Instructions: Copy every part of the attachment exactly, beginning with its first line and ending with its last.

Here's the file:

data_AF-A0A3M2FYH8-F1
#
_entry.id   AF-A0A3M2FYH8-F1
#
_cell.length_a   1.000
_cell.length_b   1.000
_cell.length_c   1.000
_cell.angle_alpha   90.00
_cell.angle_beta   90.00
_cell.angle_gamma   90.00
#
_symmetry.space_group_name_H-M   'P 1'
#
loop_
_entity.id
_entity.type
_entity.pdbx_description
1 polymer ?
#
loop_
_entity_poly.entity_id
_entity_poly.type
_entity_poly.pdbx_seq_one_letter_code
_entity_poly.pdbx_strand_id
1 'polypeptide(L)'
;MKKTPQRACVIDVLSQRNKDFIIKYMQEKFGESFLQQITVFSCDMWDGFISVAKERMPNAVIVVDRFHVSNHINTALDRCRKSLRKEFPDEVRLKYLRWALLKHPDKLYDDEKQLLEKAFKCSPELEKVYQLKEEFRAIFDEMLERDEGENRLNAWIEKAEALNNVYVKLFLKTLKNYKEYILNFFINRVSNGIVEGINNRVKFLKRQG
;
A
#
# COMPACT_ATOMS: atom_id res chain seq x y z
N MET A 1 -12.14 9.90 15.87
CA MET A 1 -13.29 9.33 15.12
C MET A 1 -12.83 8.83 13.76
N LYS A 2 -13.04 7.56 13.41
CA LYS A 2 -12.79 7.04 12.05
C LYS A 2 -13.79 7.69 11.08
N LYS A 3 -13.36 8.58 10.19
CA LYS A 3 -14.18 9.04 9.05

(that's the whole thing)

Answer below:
data_AF-A0A3M2FYH8-F1
#
_entry.id   AF-A0A3M2FYH8-F1
#
_cell.length_a   1.000
_cell.length_b   1.000
_cell.length_c   1.000
_cell.angle_alpha   90.00
_cell.angle_beta   90.00
_cell.angle_gamma   90.00
#
_symmetry.space_group_name_H-M   'P 1'
#
loop_
_entity.id
_entity.type
_entity.pdbx_description
1 polymer ?
#
loop_
_entity_poly.entity_id
_entity_poly.type
_entity_poly.pdbx_seq_one_letter_code
_entity_poly.pdbx_strand_id
1 'polypeptide(L)'
;MKKTPQRACVIDVLSQRNKDFIIKYMQEKFGESFLQQITVFSCDMWDGFISVAKERMPNAVIVVDRFHVSNHINTALDRCRKSLRKEFPDEVRLKYLRWALLKHPDKLYDDEKQLLEKAFKCSPELEKVYQLKEEFRAIFDEMLERDEGENRLNAWIEKAEALNNVYVKLFLKTLKNYKEYILNFFINRVSNGIVEGINNRVKFLKRQG
;
A
#
# COMPACT_ATOMS: atom_id res chain seq x y z
N MET A 1 -12.14 9.90 15.87
CA MET A 1 -13.29 9.33 15.12
C MET A 1 -12.83 8.83 13.76
N LYS A 2 -13.04 7.56 13.41
CA LYS A 2 -12.79 7.04 12.05
C LYS A 2 -13.79 7.69 11.08
N LYS A 3 -13.36 8.58 10.19
CA LYS A 3 -14.18 9.04 9.05